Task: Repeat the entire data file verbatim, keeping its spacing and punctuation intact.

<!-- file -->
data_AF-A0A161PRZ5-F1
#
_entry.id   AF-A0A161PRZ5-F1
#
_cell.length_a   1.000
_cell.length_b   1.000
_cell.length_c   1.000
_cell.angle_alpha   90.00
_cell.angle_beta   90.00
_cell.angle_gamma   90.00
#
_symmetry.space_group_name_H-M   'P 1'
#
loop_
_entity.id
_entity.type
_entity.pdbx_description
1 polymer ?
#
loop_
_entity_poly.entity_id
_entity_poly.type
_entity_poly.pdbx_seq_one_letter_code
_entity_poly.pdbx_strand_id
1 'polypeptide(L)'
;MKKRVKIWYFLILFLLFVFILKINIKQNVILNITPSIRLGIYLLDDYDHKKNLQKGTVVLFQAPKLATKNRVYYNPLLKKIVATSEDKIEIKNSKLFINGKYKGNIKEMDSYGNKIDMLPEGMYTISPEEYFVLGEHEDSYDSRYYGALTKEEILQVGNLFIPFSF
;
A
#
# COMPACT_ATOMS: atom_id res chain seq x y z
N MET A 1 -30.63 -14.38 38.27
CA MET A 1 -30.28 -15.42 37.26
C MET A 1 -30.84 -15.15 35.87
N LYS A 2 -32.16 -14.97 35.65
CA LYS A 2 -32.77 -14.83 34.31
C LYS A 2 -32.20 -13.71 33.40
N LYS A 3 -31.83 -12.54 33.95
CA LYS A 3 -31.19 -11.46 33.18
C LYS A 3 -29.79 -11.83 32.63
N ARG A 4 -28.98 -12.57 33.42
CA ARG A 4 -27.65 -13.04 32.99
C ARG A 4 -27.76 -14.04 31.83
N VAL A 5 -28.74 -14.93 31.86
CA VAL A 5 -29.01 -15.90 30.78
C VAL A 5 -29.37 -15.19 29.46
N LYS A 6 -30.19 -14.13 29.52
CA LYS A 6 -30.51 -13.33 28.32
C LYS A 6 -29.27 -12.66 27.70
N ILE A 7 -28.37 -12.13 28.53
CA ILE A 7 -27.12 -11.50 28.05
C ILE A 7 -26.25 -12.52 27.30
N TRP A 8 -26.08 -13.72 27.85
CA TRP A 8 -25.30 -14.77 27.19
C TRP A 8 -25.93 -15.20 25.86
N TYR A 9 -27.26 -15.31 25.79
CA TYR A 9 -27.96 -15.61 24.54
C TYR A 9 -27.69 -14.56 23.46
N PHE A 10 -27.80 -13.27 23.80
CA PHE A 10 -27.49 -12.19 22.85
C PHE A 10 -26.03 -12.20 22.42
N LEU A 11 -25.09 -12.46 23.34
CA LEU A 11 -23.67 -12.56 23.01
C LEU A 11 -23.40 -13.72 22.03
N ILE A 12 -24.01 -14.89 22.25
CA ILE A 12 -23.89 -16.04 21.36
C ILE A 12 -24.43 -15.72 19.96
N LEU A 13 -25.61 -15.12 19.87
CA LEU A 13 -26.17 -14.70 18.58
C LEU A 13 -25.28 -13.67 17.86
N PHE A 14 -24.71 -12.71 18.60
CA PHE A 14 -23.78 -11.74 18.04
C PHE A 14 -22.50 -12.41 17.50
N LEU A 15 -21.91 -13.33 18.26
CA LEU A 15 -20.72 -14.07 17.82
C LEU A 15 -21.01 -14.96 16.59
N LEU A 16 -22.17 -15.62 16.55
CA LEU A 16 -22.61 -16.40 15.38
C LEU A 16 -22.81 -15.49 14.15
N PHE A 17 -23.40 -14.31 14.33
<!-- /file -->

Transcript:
data_AF-A0A161PRZ5-F1
#
_entry.id   AF-A0A161PRZ5-F1
#
_cell.length_a   1.000
_cell.length_b   1.000
_cell.length_c   1.000
_cell.angle_alpha   90.00
_cell.angle_beta   90.00
_cell.angle_gamma   90.00
#
_symmetry.space_group_name_H-M   'P 1'
#
loop_
_entity.id
_entity.type
_entity.pdbx_description
1 polymer ?
#
loop_
_entity_poly.entity_id
_entity_poly.type
_entity_poly.pdbx_seq_one_letter_code
_entity_poly.pdbx_strand_id
1 'polypeptide(L)'
;MKKRVKIWYFLILFLLFVFILKINIKQNVILNITPSIRLGIYLLDDYDHKKNLQKGTVVLFQAPKLATKNRVYYNPLLKKIVATSEDKIEIKNSKLFINGKYKGNIKEMDSYGNKIDMLPEGMYTISPEEYFVLGEHEDSYDSRYYGALTKEEILQVGNLFIPFSF
;
A
#
# COMPACT_ATOMS: atom_id res chain seq x y z
N MET A 1 -30.63 -14.38 38.27
CA MET A 1 -30.28 -15.42 37.26
C MET A 1 -30.84 -15.15 35.87
N LYS A 2 -32.16 -14.97 35.65
CA LYS A 2 -32.77 -14.83 34.31
C LYS A 2 -32.20 -13.71 33.40
N LYS A 3 -31.83 -12.54 33.95
CA LYS A 3 -31.19 -11.46 33.18
C LYS A 3 -29.79 -11.83 32.63
N ARG A 4 -28.98 -12.57 33.42
CA ARG A 4 -27.65 -13.04 32.99
C ARG A 4 -27.76 -14.04 31.83
N VAL A 5 -28.74 -14.93 31.86
CA VAL A 5 -29.01 -15.90 30.78
C VAL A 5 -29.37 -15.19 29.46
N LYS A 6 -30.19 -14.13 29.52
CA LYS A 6 -30.51 -13.33 28.32
C LYS A 6 -29.27 -12.66 27.70
N ILE A 7 -28.37 -12.13 28.53
CA ILE A 7 -27.12 -11.50 28.05
C ILE A 7 -26.25 -12.52 27.30
N TRP A 8 -26.08 -13.72 27.85
CA TRP A 8 -25.30 -14.77 27.19
C TRP A 8 -25.93 -15.20 25.86
N TYR A 9 -27.26 -15.31 25.79
CA TYR A 9 -27.96 -15.61 24.54
C TYR A 9 -27.69 -14.56 23.46
N PHE A 10 -27.80 -13.27 23.80
CA PHE A 10 -27.49 -12.19 22.85
C PHE A 10 -26.03 -12.20 22.42
N LEU A 11 -25.09 -12.46 23.34
CA LEU A 11 -23.67 -12.56 23.01
C LEU A 11 -23.40 -13.72 22.03
N ILE A 12 -24.01 -14.89 22.25
CA ILE A 12 -23.89 -16.04 21.36
C ILE A 12 -24.43 -15.72 19.96
N LEU A 13 -25.61 -15.12 19.87
CA LEU A 13 -26.17 -14.70 18.58
C LEU A 13 -25.28 -13.67 17.86
N PHE A 14 -24.71 -12.71 18.60
CA PHE A 14 -23.78 -11.74 18.04
C PHE A 14 -22.50 -12.41 17.50
N LEU A 15 -21.91 -13.33 18.26
CA LEU A 15 -20.72 -14.07 17.82
C LEU A 15 -21.01 -14.96 16.59
N LEU A 16 -22.17 -15.62 16.55
CA LEU A 16 -22.61 -16.40 15.38
C LEU A 16 -22.81 -15.49 14.15
N PHE A 17 -23.40 -14.31 14.33